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Thinking about quality teaching

March 15, 2014

Search for images of thinking on MorgueFile and you discover people in Rodin mode along with kittens, babies, monkeys and lightbulbs.

Pensive staring prevails.

And the subject is always alone.

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More often, I find that thinking is collaborative; reflective processes undertaken with people you work/ live with tend to become known or familiar in practice, and co-constructed meaning emerges.

In our school this week, thinking focused around a key question:

What is quality teaching?

The impetus for discussion arose from a recent staff meting exploring performance and development tools. AITSL standards were reviewed and a teacher monitoring tool was flagged; resources for an effective performance and development cycle can be found here. I notice that in many of these documents, the term effective teaching is used more often than “quality”.

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My personal favourite in the suite of reflective tools is this resource for building a performance and development culture: The matrix, in particular, evaluates both impact and achievability of current strategies; then the quadrants yield information about school structures/ culture.

How do we do things around here?

Is there alignment between our practices and goals?

Applying these two prompts to instructional rounds each week, for example, could serve as action research, or a review cycle to implement aligned change. Coaching conversations will be an effective means of sharing ongoing feedback, as depicted in this Teacher Toolkit.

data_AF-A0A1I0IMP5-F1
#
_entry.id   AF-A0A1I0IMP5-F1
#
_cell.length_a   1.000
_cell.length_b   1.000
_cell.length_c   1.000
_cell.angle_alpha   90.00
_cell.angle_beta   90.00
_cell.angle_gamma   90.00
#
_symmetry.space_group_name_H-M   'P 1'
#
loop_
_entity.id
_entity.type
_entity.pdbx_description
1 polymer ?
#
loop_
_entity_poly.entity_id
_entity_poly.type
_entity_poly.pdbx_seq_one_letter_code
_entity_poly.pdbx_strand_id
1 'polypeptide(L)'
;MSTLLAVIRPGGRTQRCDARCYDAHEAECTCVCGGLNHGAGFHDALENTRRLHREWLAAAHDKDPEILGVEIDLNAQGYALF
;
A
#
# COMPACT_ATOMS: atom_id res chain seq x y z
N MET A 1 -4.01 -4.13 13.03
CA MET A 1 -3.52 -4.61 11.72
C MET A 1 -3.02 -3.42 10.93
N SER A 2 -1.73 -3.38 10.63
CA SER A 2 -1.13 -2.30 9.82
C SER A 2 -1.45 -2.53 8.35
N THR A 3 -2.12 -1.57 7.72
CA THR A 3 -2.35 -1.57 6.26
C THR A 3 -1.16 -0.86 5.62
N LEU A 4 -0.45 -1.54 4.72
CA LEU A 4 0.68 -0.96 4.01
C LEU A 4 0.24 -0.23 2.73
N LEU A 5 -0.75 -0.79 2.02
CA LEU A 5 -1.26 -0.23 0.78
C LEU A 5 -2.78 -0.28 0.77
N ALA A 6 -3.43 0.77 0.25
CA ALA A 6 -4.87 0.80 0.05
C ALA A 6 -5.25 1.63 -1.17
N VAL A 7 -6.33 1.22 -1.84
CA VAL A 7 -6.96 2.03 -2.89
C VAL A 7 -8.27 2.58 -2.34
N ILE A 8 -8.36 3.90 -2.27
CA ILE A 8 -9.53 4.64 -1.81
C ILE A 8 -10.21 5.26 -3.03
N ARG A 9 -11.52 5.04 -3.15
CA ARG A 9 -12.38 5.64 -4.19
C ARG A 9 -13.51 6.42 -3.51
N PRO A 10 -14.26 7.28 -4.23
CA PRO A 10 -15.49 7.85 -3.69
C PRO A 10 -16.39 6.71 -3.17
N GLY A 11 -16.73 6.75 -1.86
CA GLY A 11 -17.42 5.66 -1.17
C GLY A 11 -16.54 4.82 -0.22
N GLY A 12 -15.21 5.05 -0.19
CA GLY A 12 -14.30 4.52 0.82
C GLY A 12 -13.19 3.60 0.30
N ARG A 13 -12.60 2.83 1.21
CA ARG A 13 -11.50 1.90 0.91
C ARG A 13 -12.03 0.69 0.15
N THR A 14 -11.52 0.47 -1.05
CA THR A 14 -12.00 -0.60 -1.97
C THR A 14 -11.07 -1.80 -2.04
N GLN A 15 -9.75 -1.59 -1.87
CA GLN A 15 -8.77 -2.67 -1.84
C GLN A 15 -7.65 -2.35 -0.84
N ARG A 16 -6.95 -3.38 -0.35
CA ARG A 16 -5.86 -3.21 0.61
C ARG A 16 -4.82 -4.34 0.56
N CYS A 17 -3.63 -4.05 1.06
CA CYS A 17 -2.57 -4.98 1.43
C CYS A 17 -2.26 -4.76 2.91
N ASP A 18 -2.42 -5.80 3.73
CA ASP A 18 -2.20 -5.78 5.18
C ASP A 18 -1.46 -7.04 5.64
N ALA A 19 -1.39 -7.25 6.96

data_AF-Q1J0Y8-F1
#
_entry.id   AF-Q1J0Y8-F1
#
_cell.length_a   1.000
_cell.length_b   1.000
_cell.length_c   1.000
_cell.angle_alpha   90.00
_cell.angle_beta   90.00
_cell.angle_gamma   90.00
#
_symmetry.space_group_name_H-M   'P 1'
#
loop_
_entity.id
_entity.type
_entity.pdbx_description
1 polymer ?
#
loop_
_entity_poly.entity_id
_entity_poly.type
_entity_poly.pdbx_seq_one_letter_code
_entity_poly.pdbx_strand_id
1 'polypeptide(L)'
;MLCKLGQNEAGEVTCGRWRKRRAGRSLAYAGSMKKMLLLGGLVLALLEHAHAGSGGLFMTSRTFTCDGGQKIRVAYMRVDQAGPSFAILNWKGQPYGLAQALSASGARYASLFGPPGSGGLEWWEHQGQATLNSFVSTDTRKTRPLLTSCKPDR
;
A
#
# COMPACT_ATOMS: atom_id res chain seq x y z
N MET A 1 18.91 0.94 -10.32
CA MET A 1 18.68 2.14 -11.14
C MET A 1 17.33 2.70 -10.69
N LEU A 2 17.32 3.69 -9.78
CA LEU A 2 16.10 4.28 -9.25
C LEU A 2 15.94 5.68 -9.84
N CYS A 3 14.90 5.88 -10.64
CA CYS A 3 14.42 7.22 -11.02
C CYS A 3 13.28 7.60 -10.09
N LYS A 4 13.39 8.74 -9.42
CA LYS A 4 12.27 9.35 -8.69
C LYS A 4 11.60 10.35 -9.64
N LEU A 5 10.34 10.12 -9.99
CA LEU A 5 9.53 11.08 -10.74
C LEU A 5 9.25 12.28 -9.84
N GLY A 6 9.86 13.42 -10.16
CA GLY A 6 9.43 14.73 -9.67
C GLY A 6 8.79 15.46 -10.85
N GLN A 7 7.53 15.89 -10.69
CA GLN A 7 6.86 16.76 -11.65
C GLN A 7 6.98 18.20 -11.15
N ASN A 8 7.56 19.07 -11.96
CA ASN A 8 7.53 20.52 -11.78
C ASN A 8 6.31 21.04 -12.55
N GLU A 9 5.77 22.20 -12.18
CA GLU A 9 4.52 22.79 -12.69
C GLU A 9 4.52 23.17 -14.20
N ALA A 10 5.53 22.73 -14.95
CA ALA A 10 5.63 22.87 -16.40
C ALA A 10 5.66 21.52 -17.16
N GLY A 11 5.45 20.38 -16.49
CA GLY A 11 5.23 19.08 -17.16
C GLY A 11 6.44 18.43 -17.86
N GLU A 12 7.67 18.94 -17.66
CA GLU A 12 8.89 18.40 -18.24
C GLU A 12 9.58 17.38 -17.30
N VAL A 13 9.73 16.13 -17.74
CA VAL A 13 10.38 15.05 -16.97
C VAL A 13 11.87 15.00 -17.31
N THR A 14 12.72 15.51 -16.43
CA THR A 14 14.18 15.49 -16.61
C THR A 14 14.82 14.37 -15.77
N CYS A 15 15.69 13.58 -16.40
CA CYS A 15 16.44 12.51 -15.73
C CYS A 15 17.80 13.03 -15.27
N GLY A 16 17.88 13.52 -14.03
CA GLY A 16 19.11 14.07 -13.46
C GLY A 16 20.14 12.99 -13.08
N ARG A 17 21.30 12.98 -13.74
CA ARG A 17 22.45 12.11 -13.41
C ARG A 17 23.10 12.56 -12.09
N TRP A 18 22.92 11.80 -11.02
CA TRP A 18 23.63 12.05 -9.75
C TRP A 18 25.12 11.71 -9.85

According to research, 8 methods of teacher appraisal and feedback “provide incomplete observation of the teacher” and should be used in combination:

  1. Student performance and assessments
  2. Peer observation and collaboration
  3. Direct observation of classroom teaching and learning
  4. Student surveys and feedback
  5. Teacher self-assessment
  6. Parent surveys and feedback
  7. External observation
  8. 360-degree feedback (Jensen & Reichl, 2012, pp. 7-9).

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Elsewhere, quality teachers 

as rated by students, are those who challenge, who have high expectations, who encourage the study of their subject, and who value surface and deep aspects of their subject (Hattie, 2009, p.116).

Essentially, research shows the extent to which effective teachers make a difference to students’ learning or performance, in particular due to enhanced engagement in classes with person-centred teachers. Relationships are seen as paramount.

Corollaries can be drawn: relationships in the school ecosystem are also critical to effectively sustain ongoing change with teaching staff.

In focusing on the greatest source of variance available (teachers at 30% are only surpassed by students who themselves constitute 50% of the variance), Hattie also emphasises distinctions between expert and experienced teachers. Five dimensions of excellence expand into 16 attributes of expertise. He concludes:

Students who are taught by expert teachers exhibit an understanding of the concepts targeted in instruction that is more integrated, more coherent, and at a higher level of abstraction than the understanding achieved by other students (Hattie, 2003, p. 15).

Makes for more considered thinking.

Selected references

Hattie, J. (2003). Teachers make a difference: What is the research evidence? Australian Council for Educational Research paper presented October, 2003. Retrieved March 15, 2014 http://www.decd.sa.gov.au/limestonecoast/files/pages/new%20page/PLC/teachers_make_a_difference.pdf

Hattie, J. (2009). Visible learning: A synthesis of over 800 meta-analyses relating to achievement. Oxon: Routledge.

Jensen, B. & Reichl, J. (2012). Implementing a performance and development framework. Melbourne: Grattan Institute. Retrieved March 14, 2014 http://www.aitsl.edu.au/verve/_resources/Implementing_a_performance_and_development_framework_-_Grattan_-_Feb_2012.pdf

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